Reb Yochanan succeeded in obtaining an exit visa to leave Dokshitz in 1932 for New York, where he would work to support his family that remained overseas. Reb Yochanan was dedicated to carrying over an unyielding observance of Torah and Mitzvos as well as hafatzas maayanos which chassidim in Russia had become accustomed to despite the odds that had remained against them. Although it was well before the Friediker Rebbes clarion call that, “America is nisht anderish” as a close confidant of the Rebbe, Reb Yochanan surely knew his Rebbes most inner thoughts and philosophies – as far as he was concerned, it was not any different. So it was after he settled in New York he became employed by the New York Slaughter house where he would work until he retired. On his way home from work he would always stop off where he had found a group of retirees sitting and playing pinochle, which was a popular game in those days for people who had sometime on their hands. Sensing an opportunity, my elter zeide spent time with them teaching them Ein Yaakov as well as the weekly sidrah and other limudim that did not require the greatest levels of education and intellect. On another occasion, Reb Yochanan was contacted in order to mimic a learning program which had been founded in Russia for the Bnos Chabad, in the U.S. – That too was undertaken by my elter zeide. Learning and teaching Torah were very dear to him

Two years later, in 1934 he succeeded in bringing the rest of his family to New York, where they would be reunited. Their decision to leave Dokshitz for New York was not made before conferring with Reb Yosef Yitzchak Schneerson, the Friediker Rebbe, with whom my elter zeide enjoyed a uniquely warm relationship. The Rebbe encouraged him to ultimately make the move with his family, blessing them that all would turn out fine.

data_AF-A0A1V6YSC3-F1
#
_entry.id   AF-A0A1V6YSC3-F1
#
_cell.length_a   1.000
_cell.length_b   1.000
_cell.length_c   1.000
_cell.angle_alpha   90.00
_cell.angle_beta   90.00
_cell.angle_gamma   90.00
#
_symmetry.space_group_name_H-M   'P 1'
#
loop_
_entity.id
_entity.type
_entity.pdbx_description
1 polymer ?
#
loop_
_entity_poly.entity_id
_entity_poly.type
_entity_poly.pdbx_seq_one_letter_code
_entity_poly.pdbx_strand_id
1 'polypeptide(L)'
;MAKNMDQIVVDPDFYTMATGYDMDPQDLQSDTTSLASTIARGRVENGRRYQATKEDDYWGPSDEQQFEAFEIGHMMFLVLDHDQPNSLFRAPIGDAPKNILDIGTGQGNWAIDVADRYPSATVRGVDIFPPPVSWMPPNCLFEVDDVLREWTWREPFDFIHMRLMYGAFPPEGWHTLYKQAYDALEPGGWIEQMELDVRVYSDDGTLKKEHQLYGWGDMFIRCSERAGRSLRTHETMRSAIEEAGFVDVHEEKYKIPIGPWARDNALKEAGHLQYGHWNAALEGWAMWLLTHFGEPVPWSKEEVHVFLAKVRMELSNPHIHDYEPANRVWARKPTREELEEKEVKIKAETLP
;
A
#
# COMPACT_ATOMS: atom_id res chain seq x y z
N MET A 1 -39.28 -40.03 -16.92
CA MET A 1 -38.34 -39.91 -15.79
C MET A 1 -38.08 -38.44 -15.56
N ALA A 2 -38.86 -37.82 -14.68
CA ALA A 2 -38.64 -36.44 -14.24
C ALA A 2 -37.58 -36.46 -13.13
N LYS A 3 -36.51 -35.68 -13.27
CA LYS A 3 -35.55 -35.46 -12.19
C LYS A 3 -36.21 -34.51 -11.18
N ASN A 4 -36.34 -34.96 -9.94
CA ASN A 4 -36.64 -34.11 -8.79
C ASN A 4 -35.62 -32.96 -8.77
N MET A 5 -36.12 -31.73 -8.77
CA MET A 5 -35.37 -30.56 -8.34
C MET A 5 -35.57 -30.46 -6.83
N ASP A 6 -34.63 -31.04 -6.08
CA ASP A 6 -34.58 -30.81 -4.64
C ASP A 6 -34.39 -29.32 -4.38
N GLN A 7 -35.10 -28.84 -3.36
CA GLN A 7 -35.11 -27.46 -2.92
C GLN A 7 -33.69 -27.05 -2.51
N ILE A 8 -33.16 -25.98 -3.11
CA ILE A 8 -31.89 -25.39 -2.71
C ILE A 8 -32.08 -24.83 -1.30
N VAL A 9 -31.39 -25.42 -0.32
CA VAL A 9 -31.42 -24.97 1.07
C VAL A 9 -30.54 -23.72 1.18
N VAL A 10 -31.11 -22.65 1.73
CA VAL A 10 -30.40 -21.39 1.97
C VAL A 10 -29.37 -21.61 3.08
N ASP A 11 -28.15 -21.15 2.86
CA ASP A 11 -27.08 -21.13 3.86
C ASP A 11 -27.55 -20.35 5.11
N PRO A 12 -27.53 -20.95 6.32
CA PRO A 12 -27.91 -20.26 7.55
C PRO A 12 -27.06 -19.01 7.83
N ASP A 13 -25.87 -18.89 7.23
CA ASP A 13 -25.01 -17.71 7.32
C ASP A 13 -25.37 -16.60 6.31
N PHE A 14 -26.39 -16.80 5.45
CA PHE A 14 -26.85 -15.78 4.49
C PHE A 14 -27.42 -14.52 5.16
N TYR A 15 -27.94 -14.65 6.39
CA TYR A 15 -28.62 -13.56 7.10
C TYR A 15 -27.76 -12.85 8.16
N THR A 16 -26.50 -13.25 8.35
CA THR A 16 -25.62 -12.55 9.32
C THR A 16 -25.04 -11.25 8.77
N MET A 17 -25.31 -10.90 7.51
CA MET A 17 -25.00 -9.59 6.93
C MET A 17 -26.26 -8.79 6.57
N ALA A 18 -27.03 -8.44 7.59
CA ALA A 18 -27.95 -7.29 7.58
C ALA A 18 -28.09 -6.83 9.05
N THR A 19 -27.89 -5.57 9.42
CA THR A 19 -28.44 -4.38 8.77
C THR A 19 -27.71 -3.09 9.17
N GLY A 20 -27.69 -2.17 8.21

Reb Yochanan’s brothers had immigrated to the U.S. long before, without conferring with the Rebbe or requesting his blessing. Worried about the lack of an established Yiddishe environment in the U.S., my elter bubbe, Zishe, informed my zeide that she valued the Rebbe’s berachah but would need ahavtachah that the family would remain unwavering in their Chassidishkeit before leaving Dokshitz for New York. The Rebbe thought for a moment and then gave him a guarantee that his offspring would remain steadfast to the ideals of Torah, mitzvos, and chassidus throughout the generations in New York despite the raging waves of modernity and the new life that awaited them on U.S. soil. Following the havtachah, my zeide added, “But I want them to remain Chassidim and learn in Lubavitcher mosdos” and the Friediker Rebbe assured him that would happen as well. And so it was, my zeide Nison learned in Otwock while still in Europe, after coming over to these shores my great-uncle Sholom was enrolled in the pioneering class of Tomchei Temimim, and Yisrael too learned in the American Lubavitch Yeshiva system.